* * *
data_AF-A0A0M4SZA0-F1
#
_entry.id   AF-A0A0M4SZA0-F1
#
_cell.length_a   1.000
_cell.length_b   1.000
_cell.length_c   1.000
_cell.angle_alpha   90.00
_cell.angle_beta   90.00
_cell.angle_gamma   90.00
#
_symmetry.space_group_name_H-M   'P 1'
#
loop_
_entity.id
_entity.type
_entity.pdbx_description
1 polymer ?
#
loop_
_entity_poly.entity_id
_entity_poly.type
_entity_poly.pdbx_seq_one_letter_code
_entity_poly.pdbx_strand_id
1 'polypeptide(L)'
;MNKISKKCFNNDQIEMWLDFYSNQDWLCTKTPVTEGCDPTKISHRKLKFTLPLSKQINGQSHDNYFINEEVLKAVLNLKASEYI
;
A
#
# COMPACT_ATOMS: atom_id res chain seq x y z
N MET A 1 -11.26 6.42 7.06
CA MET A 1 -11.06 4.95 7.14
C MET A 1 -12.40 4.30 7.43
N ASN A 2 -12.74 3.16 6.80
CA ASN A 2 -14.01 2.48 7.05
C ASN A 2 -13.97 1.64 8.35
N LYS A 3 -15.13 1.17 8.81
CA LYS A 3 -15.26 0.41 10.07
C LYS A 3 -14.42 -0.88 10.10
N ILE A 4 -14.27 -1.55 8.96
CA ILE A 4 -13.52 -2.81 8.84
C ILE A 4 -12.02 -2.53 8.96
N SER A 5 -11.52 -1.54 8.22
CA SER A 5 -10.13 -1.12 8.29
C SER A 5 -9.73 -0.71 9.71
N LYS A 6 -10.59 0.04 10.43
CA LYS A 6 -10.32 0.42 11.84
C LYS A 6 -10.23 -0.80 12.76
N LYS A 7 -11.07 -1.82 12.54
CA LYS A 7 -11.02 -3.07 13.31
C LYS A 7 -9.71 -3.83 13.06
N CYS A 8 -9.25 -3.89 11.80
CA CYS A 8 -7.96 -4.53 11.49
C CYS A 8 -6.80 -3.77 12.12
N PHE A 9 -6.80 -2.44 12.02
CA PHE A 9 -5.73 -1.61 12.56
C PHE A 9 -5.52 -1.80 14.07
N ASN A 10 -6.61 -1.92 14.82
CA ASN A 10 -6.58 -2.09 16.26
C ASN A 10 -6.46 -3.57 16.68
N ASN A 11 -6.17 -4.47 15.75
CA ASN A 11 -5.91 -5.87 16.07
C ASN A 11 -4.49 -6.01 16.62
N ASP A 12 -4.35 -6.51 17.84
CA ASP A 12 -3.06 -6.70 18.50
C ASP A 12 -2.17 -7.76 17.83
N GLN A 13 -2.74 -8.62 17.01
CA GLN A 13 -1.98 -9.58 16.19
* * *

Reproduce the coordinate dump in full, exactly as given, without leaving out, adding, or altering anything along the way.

data_AF-A0A0M4SZA0-F1
#
_entry.id   AF-A0A0M4SZA0-F1
#
_cell.length_a   1.000
_cell.length_b   1.000
_cell.length_c   1.000
_cell.angle_alpha   90.00
_cell.angle_beta   90.00
_cell.angle_gamma   90.00
#
_symmetry.space_group_name_H-M   'P 1'
#
loop_
_entity.id
_entity.type
_entity.pdbx_description
1 polymer ?
#
loop_
_entity_poly.entity_id
_entity_poly.type
_entity_poly.pdbx_seq_one_letter_code
_entity_poly.pdbx_strand_id
1 'polypeptide(L)'
;MNKISKKCFNNDQIEMWLDFYSNQDWLCTKTPVTEGCDPTKISHRKLKFTLPLSKQINGQSHDNYFINEEVLKAVLNLKASEYI
;
A
#
# COMPACT_ATOMS: atom_id res chain seq x y z
N MET A 1 -11.26 6.42 7.06
CA MET A 1 -11.06 4.95 7.14
C MET A 1 -12.40 4.30 7.43
N ASN A 2 -12.74 3.16 6.80
CA ASN A 2 -14.01 2.48 7.05
C ASN A 2 -13.97 1.64 8.35
N LYS A 3 -15.13 1.17 8.81
CA LYS A 3 -15.26 0.41 10.07
C LYS A 3 -14.42 -0.88 10.10
N ILE A 4 -14.27 -1.55 8.96
CA ILE A 4 -13.52 -2.81 8.84
C ILE A 4 -12.02 -2.53 8.96
N SER A 5 -11.52 -1.54 8.22
CA SER A 5 -10.13 -1.12 8.29
C SER A 5 -9.73 -0.71 9.71
N LYS A 6 -10.59 0.04 10.43
CA LYS A 6 -10.32 0.42 11.84
C LYS A 6 -10.23 -0.80 12.76
N LYS A 7 -11.07 -1.82 12.54
CA LYS A 7 -11.02 -3.07 13.31
C LYS A 7 -9.71 -3.83 13.06
N CYS A 8 -9.25 -3.89 11.80
CA CYS A 8 -7.96 -4.53 11.49
C CYS A 8 -6.80 -3.77 12.12
N PHE A 9 -6.80 -2.44 12.02
CA PHE A 9 -5.73 -1.61 12.56
C PHE A 9 -5.52 -1.80 14.07
N ASN A 10 -6.61 -1.92 14.82
CA ASN A 10 -6.58 -2.09 16.26
C ASN A 10 -6.46 -3.57 16.68
N ASN A 11 -6.17 -4.47 15.75
CA ASN A 11 -5.91 -5.87 16.07
C ASN A 11 -4.49 -6.01 16.62
N ASP A 12 -4.35 -6.51 17.84
CA ASP A 12 -3.06 -6.70 18.50
C ASP A 12 -2.17 -7.76 17.83
N GLN A 13 -2.74 -8.62 17.01
CA GLN A 13 -1.98 -9.58 16.19